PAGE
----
The muddy conditions were not conducive to playing good football and a scoreless first quarter was a reflection of two teams struggling with their first meaningful scrimmage of the season.

The Colts managed the first score on a 2-yard run in the second quarter, but the subsequent kickoff was returned 87 yards by Ron Scott to reduce Baltimore’s lead to 7-6 after a missed point after attempt.

The Colts kicked a field goal to extend their lead until the Steelers new quarterback Cliff Stoudt (picture left) hit Reggie Harrison with a 5-yard touchdown pass. Another missed point after saw the Steelers take a 12-10 advantage into the locker room at half time.

A John Stallworth touchdown catch 8-yard touchdown catch from backup quarterback Mike Kruczek in the third period was followed by a 37-yard field goal to complete the scoring and give the Steelers a 22-10 victory.

The Pittsburgh Steelers 22 at the Baltimore Colts 10
Memorial Stadium August 5 1978; 37,437

“I thought a lot of our young people played very well and were able to distinguish themselves. Obviously, there are improvements we have to make, but I think we’ve improved in a lot of areas.”

“Scott, for one, drew attention to himself,” recognised Noll.


“The biggest thing when you’re down like that is to come back,” Roy Gerela said regarding his continued kicking woes in the first preseason game when he had two kicks blocked and a third hit an upright.

Gerela wasn’t the only kicker taking flak. Craig Colquitt had been drafted in the third round to replace veteran Bobby Walden, who had become inconsistent. In Baltimore, Colquitt averaged 33 yards a punt and acknowledged, “I just wasn’t hitting the ball. I’m taking this as lightly as I possibly can. I don’t want to get overanxious.”

Colquitt revealed he wanted to average between 40 and 45 yards with a hang time of 4.8 seconds and explained he had received a lot of moral support from his teammates during the game.


Terry Bradshaw media photo“I’m so used to getting hurt,” Terry Bradshaw told the Pittsburgh Press. “I’d be the first one to tell you that I’d be surprised if I didn’t get hurt.” In 2016 he suffered a broken wrist, before that it was a sprained neck and the sprained wrist, then his shoulder. Now his nose has been shattered, but Bradshaw indicated his sense of humour remains uninjured.

“There goes a Hollywood career shot down the drain,” he laughed. “My nose was about four inches out of place. It was the most horrible thing I ever saw. It looked like somebody hit it with a hammer.”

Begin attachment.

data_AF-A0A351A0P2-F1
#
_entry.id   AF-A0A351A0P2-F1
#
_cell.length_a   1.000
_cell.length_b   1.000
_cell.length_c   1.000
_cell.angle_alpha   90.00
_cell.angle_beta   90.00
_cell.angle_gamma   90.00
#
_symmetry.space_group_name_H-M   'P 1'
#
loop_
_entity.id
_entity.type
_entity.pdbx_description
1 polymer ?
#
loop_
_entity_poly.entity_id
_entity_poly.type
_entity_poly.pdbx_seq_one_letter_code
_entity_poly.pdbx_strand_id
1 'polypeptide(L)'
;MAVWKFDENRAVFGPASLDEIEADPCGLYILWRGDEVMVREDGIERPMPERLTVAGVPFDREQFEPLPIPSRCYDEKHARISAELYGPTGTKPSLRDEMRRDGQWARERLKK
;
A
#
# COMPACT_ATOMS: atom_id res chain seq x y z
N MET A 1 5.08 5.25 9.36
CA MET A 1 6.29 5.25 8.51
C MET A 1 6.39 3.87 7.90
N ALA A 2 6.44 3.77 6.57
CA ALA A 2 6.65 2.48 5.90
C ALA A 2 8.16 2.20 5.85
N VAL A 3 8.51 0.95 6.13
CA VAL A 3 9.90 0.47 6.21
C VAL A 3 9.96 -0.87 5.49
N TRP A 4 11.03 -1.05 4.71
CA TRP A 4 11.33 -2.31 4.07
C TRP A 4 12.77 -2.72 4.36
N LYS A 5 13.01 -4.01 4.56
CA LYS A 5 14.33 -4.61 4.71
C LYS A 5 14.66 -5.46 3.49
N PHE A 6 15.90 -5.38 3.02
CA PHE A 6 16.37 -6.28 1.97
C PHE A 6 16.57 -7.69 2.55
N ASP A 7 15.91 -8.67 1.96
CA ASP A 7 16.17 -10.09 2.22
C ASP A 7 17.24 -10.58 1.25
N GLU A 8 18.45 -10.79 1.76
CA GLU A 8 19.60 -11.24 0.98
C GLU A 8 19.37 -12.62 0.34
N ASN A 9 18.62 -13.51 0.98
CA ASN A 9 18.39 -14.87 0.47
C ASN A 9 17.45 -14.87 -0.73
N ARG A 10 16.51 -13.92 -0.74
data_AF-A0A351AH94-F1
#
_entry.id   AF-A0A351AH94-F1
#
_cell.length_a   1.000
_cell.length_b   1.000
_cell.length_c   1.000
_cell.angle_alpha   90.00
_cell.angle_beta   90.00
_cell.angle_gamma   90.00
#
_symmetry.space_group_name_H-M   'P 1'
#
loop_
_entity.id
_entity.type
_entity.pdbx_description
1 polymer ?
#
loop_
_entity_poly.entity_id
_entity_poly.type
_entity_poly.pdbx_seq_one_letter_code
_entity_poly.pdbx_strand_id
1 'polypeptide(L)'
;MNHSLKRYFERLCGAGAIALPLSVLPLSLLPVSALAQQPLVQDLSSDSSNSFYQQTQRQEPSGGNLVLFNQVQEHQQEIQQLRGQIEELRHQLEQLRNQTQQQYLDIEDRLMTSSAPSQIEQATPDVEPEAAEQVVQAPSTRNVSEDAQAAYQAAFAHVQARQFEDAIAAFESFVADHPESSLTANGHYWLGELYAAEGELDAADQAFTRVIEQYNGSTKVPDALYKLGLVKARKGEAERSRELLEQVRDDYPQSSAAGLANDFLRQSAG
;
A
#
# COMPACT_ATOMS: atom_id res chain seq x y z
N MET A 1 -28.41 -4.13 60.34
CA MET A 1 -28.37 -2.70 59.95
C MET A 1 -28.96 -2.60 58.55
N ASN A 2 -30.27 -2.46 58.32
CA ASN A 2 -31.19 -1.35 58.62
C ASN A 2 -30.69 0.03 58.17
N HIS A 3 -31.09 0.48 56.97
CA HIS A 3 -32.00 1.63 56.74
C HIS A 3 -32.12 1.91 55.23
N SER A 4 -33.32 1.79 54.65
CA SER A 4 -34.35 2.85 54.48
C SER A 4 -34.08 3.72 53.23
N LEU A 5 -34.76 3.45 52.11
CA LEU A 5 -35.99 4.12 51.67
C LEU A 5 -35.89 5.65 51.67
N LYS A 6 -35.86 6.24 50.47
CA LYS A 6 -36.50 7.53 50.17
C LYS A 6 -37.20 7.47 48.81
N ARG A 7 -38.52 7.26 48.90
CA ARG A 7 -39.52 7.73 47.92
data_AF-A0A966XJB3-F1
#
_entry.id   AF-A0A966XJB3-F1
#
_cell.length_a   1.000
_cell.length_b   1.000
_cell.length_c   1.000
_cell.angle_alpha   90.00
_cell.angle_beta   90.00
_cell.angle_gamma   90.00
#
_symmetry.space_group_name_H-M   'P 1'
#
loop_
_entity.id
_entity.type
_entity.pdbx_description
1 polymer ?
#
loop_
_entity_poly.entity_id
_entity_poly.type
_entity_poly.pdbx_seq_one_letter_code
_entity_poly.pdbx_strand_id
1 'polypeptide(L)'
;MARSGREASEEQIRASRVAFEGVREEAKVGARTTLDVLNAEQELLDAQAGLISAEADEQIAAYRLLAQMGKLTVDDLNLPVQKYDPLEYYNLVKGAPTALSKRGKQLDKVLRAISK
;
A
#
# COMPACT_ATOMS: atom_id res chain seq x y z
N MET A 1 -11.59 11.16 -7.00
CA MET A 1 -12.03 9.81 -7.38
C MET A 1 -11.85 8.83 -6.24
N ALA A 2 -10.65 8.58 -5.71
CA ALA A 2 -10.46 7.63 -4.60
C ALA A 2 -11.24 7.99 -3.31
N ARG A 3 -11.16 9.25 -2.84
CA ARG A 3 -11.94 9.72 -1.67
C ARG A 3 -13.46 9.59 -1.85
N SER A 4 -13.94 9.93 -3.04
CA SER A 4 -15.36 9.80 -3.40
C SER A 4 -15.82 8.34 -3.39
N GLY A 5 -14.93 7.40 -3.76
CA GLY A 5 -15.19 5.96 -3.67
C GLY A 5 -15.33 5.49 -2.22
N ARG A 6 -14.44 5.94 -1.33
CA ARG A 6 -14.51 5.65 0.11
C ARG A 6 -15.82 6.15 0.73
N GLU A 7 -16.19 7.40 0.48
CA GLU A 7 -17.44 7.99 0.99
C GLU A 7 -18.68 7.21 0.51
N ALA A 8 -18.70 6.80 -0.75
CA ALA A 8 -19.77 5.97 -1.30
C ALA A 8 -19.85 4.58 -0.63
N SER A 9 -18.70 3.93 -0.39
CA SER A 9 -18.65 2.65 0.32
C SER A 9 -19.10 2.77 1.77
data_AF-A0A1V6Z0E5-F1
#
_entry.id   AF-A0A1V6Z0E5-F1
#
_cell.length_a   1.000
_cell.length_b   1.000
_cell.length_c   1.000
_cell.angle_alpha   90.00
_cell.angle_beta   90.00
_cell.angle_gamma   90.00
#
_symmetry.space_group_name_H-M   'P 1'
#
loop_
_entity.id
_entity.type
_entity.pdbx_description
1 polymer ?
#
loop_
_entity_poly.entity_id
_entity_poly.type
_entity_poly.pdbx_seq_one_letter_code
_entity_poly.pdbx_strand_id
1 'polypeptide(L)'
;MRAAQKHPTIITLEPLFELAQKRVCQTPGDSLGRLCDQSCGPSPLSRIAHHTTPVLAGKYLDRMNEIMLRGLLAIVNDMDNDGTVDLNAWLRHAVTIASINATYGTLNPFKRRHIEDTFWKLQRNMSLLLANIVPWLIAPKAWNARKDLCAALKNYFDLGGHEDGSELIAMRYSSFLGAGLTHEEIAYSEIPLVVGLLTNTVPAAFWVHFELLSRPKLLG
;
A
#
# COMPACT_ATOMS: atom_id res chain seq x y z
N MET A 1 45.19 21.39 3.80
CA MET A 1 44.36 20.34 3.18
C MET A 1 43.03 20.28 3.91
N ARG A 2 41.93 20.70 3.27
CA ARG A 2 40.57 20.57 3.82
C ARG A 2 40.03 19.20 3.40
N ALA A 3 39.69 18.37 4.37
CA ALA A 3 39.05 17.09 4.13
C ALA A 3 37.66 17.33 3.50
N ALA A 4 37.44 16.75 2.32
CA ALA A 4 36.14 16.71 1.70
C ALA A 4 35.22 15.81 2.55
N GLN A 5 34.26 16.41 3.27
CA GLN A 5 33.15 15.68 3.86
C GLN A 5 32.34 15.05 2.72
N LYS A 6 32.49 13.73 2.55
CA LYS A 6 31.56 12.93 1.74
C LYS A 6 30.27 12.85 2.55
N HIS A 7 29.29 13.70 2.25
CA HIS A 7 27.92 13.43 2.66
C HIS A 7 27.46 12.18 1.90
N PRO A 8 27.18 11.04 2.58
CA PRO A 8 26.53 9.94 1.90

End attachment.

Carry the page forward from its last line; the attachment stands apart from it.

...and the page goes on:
Looking ahead at the Steelers next exhibition game, Bradshaw said, “I could play Saturday, but I’m not. My goal is for the season.”

Bradshaw was pleased to hear that Mike Kruczek and Cliff Stoudt had performed well in his absence at the game in Baltimore. “It might be a good omen,” Bradshaw offered. “Mike and Cliff need to play. If I was playing, they probably wouldn’t get to play but a quarter or so. My arm was a little tired anyway. It’ll give me a chance to rest.”


After he ignored the play calling from the Pittsburgh Wolf Pak’s sideline in a 12-6 loss to Buffalo, Coach Terry Henne pulled Joe Gilliam from the game. The coach and quarterback had words after the game and owner Bob Baker backed the coach.

“He’s had some problems understanding that he’s a player, not a coach or an owner,” said Baker. “There’s been a wedge between him and the coaching staff the last couple of week.”

Gilliam wanted Henne gone plus he wanted more money than Baker could pay him and he wanted another shot at the NFL. “He just didn’t want to play for the Wolf Pak,” accepted Baker.


Cliff Stoudt media photoCliff Stoudt’s (picture left) first preseason appearance in 1977 saw him drop back and then fall down on his rear end untouched. One year later he did better, throwing six passes with four completions against the Colts in the Steelers first exhibition game of the new season.

“This time, I couldn’t have done any worse,” Stoudt observed. “I don’t think I went out there and did anything fantastic, but I think I was steady.” Reflecting on his embarrassment the previous year, Stoudt said, “I knew that last year my chances to redeem myself were slim and I was anxious to get back in. I know I could do better. I knew I was better than that.”

With Terry Bradshaw out with a broken nose, Stoudt and Mike Kruczek will probably share the quarterback snaps against the Steelers next opponents Atlanta.

Stoudt’s disastrous 1977 season began when rookie Randy Frisch was killed and teammate Dave Grinnaker seriously injured while driving Stoudt’s car back to camp following the Buffalo pre-season game at Three Rivers Stadium.

“I don’t like to make excuses for things, but Dave was my best friend at camp,” admitted Stoudt. “Rand and I and Dave were together all the time. In fact, I drove into the stadium with them. I told them I was going to stay with family, but they could take my car. It hit me pretty hard. It hit everybody pretty hard.”